Resource allocation in transboundary tuna fisheries: A global analysis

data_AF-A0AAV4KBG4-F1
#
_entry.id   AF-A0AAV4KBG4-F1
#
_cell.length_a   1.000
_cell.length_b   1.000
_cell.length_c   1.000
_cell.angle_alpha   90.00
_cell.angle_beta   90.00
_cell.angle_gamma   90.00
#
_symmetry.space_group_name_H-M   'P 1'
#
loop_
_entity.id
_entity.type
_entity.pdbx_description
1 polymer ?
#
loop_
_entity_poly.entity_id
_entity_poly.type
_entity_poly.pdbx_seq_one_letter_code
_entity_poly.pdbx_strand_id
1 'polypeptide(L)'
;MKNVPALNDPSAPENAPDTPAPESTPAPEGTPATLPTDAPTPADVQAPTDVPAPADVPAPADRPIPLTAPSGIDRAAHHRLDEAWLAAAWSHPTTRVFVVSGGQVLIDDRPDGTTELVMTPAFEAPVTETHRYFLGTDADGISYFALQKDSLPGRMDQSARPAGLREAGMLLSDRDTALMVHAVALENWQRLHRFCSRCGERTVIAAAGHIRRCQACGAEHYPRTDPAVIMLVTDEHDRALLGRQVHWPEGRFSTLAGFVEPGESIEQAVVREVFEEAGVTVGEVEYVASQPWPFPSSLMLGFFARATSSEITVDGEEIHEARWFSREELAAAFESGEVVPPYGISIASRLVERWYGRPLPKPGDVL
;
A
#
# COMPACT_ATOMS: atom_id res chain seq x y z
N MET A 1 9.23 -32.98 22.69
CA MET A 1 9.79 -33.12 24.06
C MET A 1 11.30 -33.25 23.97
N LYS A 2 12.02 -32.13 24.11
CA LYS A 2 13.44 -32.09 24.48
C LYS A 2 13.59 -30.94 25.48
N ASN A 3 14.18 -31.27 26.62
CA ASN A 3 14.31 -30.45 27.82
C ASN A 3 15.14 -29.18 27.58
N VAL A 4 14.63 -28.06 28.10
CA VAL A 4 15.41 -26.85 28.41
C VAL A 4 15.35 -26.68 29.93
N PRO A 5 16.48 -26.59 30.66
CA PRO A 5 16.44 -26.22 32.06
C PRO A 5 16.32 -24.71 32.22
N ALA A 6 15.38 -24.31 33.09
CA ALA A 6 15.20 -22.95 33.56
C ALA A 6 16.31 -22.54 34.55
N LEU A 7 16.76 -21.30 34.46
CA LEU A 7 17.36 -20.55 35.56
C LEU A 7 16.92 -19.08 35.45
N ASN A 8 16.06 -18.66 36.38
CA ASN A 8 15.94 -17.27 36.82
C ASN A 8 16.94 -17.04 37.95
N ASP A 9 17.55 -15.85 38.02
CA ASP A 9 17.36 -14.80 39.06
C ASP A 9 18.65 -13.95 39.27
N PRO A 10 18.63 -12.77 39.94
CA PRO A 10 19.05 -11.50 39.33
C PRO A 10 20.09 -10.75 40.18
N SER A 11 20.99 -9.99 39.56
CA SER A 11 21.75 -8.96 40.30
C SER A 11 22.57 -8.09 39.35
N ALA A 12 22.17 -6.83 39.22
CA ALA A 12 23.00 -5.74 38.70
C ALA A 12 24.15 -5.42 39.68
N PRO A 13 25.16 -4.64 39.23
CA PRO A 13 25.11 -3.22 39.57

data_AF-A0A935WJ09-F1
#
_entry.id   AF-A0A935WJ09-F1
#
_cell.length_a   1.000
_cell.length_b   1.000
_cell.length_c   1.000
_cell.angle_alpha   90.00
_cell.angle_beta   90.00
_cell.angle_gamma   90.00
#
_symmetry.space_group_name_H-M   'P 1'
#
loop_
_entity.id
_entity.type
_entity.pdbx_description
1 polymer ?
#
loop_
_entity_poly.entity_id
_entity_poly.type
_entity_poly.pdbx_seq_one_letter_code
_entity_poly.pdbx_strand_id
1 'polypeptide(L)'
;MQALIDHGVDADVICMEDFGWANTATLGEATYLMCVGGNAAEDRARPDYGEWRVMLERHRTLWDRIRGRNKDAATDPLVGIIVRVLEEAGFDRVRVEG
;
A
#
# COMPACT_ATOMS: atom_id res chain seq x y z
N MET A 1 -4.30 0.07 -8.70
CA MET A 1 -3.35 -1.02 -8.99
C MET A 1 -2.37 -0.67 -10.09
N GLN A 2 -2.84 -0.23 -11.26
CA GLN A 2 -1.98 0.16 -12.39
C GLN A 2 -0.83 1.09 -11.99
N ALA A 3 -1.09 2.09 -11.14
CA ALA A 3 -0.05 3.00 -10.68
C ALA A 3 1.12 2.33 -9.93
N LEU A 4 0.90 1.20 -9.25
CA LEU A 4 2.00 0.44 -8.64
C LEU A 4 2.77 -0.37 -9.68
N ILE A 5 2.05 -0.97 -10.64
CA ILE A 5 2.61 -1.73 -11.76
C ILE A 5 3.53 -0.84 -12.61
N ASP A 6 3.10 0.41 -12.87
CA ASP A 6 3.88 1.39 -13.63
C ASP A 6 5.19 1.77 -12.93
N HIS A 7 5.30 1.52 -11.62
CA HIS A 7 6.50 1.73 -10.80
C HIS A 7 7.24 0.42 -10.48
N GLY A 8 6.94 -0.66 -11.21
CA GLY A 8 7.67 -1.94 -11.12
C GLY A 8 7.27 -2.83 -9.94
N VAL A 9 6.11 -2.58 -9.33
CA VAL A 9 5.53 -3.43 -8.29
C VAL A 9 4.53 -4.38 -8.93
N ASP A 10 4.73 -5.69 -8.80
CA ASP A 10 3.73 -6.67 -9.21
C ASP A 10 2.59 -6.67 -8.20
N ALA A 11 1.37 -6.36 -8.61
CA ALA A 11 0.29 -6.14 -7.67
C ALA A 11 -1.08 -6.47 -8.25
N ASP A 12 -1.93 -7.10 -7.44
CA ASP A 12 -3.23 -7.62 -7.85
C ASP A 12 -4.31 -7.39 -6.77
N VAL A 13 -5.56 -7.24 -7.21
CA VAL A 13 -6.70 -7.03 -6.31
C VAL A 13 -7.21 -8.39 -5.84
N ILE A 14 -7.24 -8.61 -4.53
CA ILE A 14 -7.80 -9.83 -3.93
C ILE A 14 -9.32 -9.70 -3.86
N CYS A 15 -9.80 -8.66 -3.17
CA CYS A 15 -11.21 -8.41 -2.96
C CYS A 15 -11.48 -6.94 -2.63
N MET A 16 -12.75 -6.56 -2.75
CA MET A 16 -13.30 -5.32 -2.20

Resource allocation is a fundamental and challenging component of common pool resource governance, particularly transboundary fisheries. We highlight the growing importance of allocation in fisheries governance, comparing approaches of the five tuna Regional Fisheries Management Organizations (tRFMOs). We find all tRFMOs except one have defined resources for allocation and outlined principles to guide allocation based on equity, citizenship, and legitimacy. However, all fall short of applying these principles in assigning fish resources. Most tRFMOs rely on historical catch or effort, while equity principles rarely determine dedicated rights. Further, the current system of annual negotiations reduces certainty, trust, and transparency, counteracting many benefits asserted by rights-based management proponents. We suggest one means of gaining traction may be to shift conversations from allocative rights toward weighting of principles already identified by most tRFMOs. Incorporating principles into resource allocation remains a major opportunity, with important implications for current and future access to fish.
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